With the beginning of the new year, exercise and getting fit are common topics/goals. While trying to lose weight and getting fit are important; exercise provides us with so much more than a smaller waist line. Exercise is beneficial for people of all ages and can play a vital role in our overall health. Today we will dig a little deeper into what research has found to be the more meaningful benefits of exercise for all age groups.
Ages 3 to 6 years:
Exercise can help improve the bone health and help with weight control.
Ages 6 to 17 years:
Exercise has been shown to improve cognitive function, bone health, and weight control. It can also improve cardiorespiratory and muscle function. Kids in this age group that exercise regularly also have fewer symptoms of depression.
There is a long list of health benefits for adults who exercise regularly. We will break these down into categories.
- Cardiometabolic conditions
- Lower the risk of a cardiovascular event and lower the risk of mortality from such event
- Lower the risk of hypertension
- Lower the risk of Type 2 diabetes
- Exercise has been shown to lower the risk of bladder, breast, colon, esophagus, kidney, stomach, lung, and endometrium cancer
- Brain Function
- Reduces the risk of dementia
- Improves cognitive function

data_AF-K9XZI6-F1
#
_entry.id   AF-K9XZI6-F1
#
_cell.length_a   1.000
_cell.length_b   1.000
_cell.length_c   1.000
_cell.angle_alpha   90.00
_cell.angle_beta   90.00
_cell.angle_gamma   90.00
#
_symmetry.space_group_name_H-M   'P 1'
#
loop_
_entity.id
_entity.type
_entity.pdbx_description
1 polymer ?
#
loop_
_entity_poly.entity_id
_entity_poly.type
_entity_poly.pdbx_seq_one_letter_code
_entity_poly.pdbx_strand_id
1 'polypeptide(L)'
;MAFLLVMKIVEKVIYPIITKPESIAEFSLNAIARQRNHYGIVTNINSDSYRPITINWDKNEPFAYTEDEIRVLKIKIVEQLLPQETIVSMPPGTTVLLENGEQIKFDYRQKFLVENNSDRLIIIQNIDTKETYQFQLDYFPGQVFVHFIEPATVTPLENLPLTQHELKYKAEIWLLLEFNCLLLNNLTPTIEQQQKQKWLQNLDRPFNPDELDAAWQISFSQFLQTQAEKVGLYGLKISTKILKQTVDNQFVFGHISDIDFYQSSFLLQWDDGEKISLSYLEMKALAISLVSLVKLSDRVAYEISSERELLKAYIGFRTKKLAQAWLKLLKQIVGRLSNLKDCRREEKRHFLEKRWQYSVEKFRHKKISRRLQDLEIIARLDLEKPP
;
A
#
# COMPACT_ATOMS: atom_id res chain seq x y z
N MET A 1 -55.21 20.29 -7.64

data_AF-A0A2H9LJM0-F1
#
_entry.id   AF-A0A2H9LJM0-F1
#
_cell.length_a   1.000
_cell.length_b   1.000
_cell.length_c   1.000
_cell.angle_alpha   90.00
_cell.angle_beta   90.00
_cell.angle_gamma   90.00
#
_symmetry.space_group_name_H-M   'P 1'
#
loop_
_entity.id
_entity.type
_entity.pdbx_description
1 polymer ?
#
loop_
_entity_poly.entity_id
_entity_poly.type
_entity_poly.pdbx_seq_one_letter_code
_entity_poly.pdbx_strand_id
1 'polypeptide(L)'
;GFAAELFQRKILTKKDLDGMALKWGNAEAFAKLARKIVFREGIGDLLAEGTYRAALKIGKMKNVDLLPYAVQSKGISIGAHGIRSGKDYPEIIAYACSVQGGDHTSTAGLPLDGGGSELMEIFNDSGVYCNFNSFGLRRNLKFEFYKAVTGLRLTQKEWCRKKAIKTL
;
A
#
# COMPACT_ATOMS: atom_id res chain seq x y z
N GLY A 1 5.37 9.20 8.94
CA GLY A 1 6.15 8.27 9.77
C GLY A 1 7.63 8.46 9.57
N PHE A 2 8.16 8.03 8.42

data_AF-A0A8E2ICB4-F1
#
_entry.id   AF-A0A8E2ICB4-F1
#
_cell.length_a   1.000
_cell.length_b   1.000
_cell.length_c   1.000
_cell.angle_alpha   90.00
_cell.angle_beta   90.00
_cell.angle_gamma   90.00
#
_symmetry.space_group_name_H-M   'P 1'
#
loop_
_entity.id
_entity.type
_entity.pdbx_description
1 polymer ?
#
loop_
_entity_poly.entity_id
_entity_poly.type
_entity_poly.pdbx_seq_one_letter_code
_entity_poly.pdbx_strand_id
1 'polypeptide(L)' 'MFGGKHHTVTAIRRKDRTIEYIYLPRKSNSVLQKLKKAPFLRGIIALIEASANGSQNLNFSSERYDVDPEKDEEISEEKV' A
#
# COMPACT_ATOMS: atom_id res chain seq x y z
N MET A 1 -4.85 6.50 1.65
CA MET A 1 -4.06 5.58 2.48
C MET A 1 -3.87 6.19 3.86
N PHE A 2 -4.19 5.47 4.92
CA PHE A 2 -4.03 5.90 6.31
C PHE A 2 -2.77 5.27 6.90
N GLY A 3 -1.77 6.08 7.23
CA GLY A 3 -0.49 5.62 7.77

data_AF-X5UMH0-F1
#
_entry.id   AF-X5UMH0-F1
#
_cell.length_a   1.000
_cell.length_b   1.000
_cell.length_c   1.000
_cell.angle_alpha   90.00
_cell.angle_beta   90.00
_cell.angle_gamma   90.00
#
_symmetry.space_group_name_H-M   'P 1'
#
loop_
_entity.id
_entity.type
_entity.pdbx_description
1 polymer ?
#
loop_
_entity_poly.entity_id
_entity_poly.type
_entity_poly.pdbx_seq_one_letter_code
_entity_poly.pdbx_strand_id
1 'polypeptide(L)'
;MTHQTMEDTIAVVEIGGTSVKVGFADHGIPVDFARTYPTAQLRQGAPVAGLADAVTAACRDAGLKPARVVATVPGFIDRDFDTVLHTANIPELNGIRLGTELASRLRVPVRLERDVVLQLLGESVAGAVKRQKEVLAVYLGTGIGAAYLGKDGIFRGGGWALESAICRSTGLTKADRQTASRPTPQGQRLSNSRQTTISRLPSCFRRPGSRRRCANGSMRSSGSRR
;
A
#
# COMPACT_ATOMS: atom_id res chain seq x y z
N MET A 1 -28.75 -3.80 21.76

- Improves quality of sleep
- Reduces risk of depression
- Reduces feelings of anxiety and depression
Exercise can reduce the risk of falls and fall-related injuries. It can also improve the overall physical function in older adults with or without frailty.
Individuals with Pre-Existing Medical Conditions:
Just as with adults, we are going to break this section into categories as the benefits of exercise for individuals with pre-existing medical conditions is extensive.
- Reduce the risk of cancer as well as reduce the risk of mortality from cancer
- Reduce pain
- Improve function and quality of life
- Reduces the risk of increased blood pressure over time
- Reduces the risk of cardiovascular disease from progressing
- Type 2 Diabetes
- Reduces the risk of cardiovascular mortality
- Reduces progression of disease indicators, such as, blood pressure, body mass index, blood lipids, hemoglobin A1c
- Multiple Sclerosis
- Improve walking
- Improve physical fitness
- Improve cognition
4 Types of Exercise
Jogging, Running, Cardio (Treadmill, Elliptical, Stair Stepper, Recumbent/Stationary bike), Cycling, Dance Classes are all types of endurance and/or aerobic exercise.
Weights, Pilates, Resistance bands are all examples of ways to improve strength.
Yoga, Tai Chi, Dance are all examples of ways to improve balance.
Stretching, Yoga, Pilates, and Tai Chi are all examples of how to improve flexibility throughout the body.
So now what? Taking that first step towards starting an exercise routine is the most difficult. With all the different exercise variations it can make it difficult to decide what to do. Start by finding an exercise routine that interests you. If it interests you, you will grow to love it and you will look forward to it. Finding joy in what you are doing is the key to being successful and consistent with your workouts.
**Benefits of Exercise for specific age groups is from the American College of Sports Medicine**